Jewish Wedding

Jewish wedding

For the bride and the groom the wedding day is considered a day of forgiveness like Yom Kippur and some couples traditionally fast on this day and only eat after the wedding ceremony.Before the chupah ceremony the keubah is signed by the husband and two witnesses. The ketubah is a Jewish prenuptial agreement that outlines the groom's responsibilities to his bride. In some communities it is read to the guests during the ceremony.

Also before the wedding the groom covers the bride’s face with a veil and the bride’s face remains veiled for the duration of the chuppah ceremony. The chuppah or canopy is often made of a tallit. The bride traditionally circles around her groom either three or seven times under the chuppah. When the wedding ceremony takes place, the groom says, while putting the ring on her finger: "With this ring, you are consecrated to me according to the law of Moses and Israel."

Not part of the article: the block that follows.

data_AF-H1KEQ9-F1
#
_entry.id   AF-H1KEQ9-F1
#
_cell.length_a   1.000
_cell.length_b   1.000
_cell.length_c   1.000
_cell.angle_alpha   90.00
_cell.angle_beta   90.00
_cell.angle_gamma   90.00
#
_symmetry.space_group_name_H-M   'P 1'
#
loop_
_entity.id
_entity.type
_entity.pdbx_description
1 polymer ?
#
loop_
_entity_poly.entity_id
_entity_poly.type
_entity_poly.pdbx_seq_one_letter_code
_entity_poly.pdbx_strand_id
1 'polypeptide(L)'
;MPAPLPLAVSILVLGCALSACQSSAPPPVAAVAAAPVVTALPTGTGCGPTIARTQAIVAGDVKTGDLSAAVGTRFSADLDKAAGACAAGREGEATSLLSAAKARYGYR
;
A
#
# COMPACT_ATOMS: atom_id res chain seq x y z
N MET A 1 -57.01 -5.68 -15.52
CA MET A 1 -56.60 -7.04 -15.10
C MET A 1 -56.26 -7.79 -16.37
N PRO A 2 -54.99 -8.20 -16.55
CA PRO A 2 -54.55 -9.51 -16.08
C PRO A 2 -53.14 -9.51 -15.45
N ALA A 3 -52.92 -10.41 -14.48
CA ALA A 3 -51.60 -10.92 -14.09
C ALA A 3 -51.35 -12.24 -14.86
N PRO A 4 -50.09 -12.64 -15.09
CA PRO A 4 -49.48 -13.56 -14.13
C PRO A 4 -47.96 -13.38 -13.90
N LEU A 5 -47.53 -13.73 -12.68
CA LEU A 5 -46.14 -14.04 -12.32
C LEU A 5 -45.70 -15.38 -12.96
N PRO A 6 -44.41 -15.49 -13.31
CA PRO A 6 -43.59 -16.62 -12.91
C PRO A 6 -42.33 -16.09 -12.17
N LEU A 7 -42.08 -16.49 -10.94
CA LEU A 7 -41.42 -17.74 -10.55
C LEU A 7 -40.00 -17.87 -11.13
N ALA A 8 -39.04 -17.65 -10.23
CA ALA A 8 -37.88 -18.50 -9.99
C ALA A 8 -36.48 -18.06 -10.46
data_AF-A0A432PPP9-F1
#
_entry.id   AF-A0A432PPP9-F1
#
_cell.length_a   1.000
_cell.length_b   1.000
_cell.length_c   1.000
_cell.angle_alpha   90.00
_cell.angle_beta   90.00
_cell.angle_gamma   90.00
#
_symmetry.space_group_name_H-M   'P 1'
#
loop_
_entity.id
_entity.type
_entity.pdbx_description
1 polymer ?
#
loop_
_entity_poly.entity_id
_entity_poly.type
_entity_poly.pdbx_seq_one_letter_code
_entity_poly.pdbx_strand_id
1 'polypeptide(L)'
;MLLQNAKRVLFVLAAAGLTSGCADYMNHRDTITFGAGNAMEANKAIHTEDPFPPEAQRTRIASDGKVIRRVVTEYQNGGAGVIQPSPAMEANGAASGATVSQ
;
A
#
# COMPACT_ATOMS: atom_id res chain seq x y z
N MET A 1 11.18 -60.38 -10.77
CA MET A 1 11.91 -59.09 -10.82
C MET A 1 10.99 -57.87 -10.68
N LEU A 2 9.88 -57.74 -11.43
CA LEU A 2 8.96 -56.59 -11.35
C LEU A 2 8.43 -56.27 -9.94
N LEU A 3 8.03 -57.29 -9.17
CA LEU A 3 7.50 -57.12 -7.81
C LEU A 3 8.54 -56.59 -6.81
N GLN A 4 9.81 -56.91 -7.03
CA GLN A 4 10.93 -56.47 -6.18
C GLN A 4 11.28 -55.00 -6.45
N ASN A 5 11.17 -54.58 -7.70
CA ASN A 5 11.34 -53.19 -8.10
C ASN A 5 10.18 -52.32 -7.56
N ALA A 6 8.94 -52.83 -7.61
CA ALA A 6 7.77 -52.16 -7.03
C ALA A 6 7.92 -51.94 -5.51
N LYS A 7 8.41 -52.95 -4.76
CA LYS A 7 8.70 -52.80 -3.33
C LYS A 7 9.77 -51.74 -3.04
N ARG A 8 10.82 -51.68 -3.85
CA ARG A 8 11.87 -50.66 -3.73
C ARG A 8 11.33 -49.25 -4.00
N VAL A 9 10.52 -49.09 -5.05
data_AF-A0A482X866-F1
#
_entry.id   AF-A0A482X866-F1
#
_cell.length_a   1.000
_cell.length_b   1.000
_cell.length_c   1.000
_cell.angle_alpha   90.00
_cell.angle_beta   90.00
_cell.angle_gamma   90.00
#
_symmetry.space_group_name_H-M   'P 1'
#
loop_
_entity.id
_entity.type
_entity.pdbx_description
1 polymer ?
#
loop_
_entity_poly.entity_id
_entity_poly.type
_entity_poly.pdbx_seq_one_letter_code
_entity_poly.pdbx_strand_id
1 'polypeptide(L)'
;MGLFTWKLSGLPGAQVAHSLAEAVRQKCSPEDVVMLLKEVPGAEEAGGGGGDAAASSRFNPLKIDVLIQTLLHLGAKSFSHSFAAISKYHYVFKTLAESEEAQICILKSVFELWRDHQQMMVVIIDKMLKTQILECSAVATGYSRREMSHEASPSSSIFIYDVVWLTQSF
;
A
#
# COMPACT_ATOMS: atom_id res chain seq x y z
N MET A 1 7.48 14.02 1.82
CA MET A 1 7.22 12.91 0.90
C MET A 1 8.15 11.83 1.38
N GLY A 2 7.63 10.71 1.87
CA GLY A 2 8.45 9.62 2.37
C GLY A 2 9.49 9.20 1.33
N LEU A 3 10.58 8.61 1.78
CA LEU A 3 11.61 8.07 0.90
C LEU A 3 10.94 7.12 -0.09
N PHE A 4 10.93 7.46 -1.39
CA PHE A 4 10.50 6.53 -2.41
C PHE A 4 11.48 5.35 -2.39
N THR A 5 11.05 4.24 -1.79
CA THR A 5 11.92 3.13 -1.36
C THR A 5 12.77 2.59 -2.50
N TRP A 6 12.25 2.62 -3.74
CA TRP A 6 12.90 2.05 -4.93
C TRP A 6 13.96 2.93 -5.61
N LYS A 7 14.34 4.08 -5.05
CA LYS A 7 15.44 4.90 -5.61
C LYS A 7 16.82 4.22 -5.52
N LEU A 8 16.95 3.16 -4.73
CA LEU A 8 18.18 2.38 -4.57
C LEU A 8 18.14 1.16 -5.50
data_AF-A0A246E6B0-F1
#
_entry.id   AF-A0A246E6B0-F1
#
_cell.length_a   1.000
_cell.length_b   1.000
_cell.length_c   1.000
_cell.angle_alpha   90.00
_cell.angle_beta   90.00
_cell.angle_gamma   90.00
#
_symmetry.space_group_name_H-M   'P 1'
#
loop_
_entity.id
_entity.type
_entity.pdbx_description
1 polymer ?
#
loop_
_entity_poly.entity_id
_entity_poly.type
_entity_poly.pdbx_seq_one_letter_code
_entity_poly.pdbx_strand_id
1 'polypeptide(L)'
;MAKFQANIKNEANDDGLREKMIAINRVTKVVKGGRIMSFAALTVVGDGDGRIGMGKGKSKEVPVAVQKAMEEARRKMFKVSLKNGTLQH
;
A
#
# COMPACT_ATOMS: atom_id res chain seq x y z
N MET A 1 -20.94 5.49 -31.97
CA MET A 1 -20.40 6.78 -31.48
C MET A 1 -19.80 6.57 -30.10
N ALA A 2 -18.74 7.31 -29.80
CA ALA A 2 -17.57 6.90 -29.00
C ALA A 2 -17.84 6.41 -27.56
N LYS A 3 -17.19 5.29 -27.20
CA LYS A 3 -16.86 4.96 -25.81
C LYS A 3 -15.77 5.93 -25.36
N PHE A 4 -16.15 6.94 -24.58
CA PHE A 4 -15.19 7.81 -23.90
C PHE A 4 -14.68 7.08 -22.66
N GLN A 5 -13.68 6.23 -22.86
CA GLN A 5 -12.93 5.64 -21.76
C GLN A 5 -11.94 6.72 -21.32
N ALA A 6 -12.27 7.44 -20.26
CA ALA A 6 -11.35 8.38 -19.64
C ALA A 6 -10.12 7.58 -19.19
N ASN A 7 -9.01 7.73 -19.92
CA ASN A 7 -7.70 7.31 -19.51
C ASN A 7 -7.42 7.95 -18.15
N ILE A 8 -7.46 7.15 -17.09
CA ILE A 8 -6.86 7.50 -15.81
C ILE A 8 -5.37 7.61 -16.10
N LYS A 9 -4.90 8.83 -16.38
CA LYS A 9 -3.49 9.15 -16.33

The ceremony is concluded with the Seven Blessings – Sheva Brachot which begin with the blessing over a coup of vine.At this point the souls of the groom and the bride reunite to become one soul, as they were before they entered this world. The Sheva Brachot contain the blessing to the bride and groom that they shall discover that same delight in one another that they knew in their pristine, primal state in the Garden of Eden. As the ceremony comes to an end the groom is invited to step on a glass to shatter it after what the present guests wish the couple good luck by shouting “Mazal Tov”.

After the ceremony it is customary for the bride and the groom to share their first meal together as husband and wife during the yichud and to exchange gifts. While in the yichud room, it is also customary for the bride to bless the groom. She says: "May you merit to have a long life, and to unite with me in love from now until eternity. May I merit to dwell with you forever."